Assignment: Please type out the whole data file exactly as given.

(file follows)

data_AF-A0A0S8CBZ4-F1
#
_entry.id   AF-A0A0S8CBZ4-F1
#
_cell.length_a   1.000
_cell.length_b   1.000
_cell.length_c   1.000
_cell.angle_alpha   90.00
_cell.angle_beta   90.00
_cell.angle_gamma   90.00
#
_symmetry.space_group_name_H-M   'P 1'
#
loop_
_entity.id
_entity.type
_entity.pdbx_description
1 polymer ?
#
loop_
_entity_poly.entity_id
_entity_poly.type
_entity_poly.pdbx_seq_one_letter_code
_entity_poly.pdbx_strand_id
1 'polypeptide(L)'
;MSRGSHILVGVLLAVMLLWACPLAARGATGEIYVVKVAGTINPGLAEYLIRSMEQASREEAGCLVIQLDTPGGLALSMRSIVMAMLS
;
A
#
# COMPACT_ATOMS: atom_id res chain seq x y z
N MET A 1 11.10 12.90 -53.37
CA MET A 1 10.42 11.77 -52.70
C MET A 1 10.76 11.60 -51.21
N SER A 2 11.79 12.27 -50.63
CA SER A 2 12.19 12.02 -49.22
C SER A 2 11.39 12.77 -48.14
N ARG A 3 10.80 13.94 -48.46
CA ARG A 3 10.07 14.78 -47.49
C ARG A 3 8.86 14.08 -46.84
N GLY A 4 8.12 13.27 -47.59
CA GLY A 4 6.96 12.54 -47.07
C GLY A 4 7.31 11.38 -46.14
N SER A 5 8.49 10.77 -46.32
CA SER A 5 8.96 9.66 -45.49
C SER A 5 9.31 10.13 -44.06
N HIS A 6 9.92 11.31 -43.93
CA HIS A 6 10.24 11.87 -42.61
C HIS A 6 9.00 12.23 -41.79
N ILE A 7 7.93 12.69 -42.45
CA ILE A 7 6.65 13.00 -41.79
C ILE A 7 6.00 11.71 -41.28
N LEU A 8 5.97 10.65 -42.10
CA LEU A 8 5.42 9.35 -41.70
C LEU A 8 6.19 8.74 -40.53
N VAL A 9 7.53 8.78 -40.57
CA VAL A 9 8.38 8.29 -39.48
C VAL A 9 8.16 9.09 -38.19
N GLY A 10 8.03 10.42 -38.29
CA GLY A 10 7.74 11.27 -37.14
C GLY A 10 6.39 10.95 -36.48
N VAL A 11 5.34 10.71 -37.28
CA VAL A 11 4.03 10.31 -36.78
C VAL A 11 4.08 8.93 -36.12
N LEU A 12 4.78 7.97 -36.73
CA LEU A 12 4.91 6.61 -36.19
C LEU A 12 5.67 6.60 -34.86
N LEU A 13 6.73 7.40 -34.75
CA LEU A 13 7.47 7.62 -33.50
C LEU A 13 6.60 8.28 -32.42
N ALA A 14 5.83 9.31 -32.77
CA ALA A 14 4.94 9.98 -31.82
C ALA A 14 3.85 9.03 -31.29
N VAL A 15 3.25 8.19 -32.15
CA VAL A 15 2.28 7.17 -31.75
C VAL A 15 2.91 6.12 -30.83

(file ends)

data_AF-A0A0S8CBZ4-F1
#
_entry.id   AF-A0A0S8CBZ4-F1
#
_cell.length_a   1.000
_cell.length_b   1.000
_cell.length_c   1.000
_cell.angle_alpha   90.00
_cell.angle_beta   90.00
_cell.angle_gamma   90.00
#
_symmetry.space_group_name_H-M   'P 1'
#
loop_
_entity.id
_entity.type
_entity.pdbx_description
1 polymer ?
#
loop_
_entity_poly.entity_id
_entity_poly.type
_entity_poly.pdbx_seq_one_letter_code
_entity_poly.pdbx_strand_id
1 'polypeptide(L)'
;MSRGSHILVGVLLAVMLLWACPLAARGATGEIYVVKVAGTINPGLAEYLIRSMEQASREEAGCLVIQLDTPGGLALSMRSIVMAMLS
;
A
#
# COMPACT_ATOMS: atom_id res chain seq x y z
N MET A 1 11.10 12.90 -53.37
CA MET A 1 10.42 11.77 -52.70
C MET A 1 10.76 11.60 -51.21
N SER A 2 11.79 12.27 -50.63
CA SER A 2 12.19 12.02 -49.22
C SER A 2 11.39 12.77 -48.14
N ARG A 3 10.80 13.94 -48.46
CA ARG A 3 10.07 14.78 -47.49
C ARG A 3 8.86 14.08 -46.84
N GLY A 4 8.12 13.27 -47.59
CA GLY A 4 6.96 12.54 -47.07
C GLY A 4 7.31 11.38 -46.14
N SER A 5 8.49 10.77 -46.32
CA SER A 5 8.96 9.66 -45.49
C SER A 5 9.31 10.13 -44.06
N HIS A 6 9.92 11.31 -43.93
CA HIS A 6 10.24 11.87 -42.61
C HIS A 6 9.00 12.23 -41.79
N ILE A 7 7.93 12.69 -42.45
CA ILE A 7 6.65 13.00 -41.79
C ILE A 7 6.00 11.71 -41.28
N LEU A 8 5.97 10.65 -42.10
CA LEU A 8 5.42 9.35 -41.70
C LEU A 8 6.19 8.74 -40.53
N VAL A 9 7.53 8.78 -40.57
CA VAL A 9 8.38 8.29 -39.48
C VAL A 9 8.16 9.09 -38.19
N GLY A 10 8.03 10.42 -38.29
CA GLY A 10 7.74 11.27 -37.14
C GLY A 10 6.39 10.95 -36.48
N VAL A 11 5.34 10.71 -37.28
CA VAL A 11 4.03 10.31 -36.78
C VAL A 11 4.08 8.93 -36.12
N LEU A 12 4.78 7.97 -36.73
CA LEU A 12 4.91 6.61 -36.19
C LEU A 12 5.67 6.60 -34.86
N LEU A 13 6.73 7.40 -34.75
CA LEU A 13 7.47 7.62 -33.50
C LEU A 13 6.60 8.28 -32.42
N ALA A 14 5.83 9.31 -32.77
CA ALA A 14 4.94 9.98 -31.82
C ALA A 14 3.85 9.03 -31.29
N VAL A 15 3.25 8.19 -32.15
CA VAL A 15 2.28 7.17 -31.75
C VAL A 15 2.91 6.12 -30.83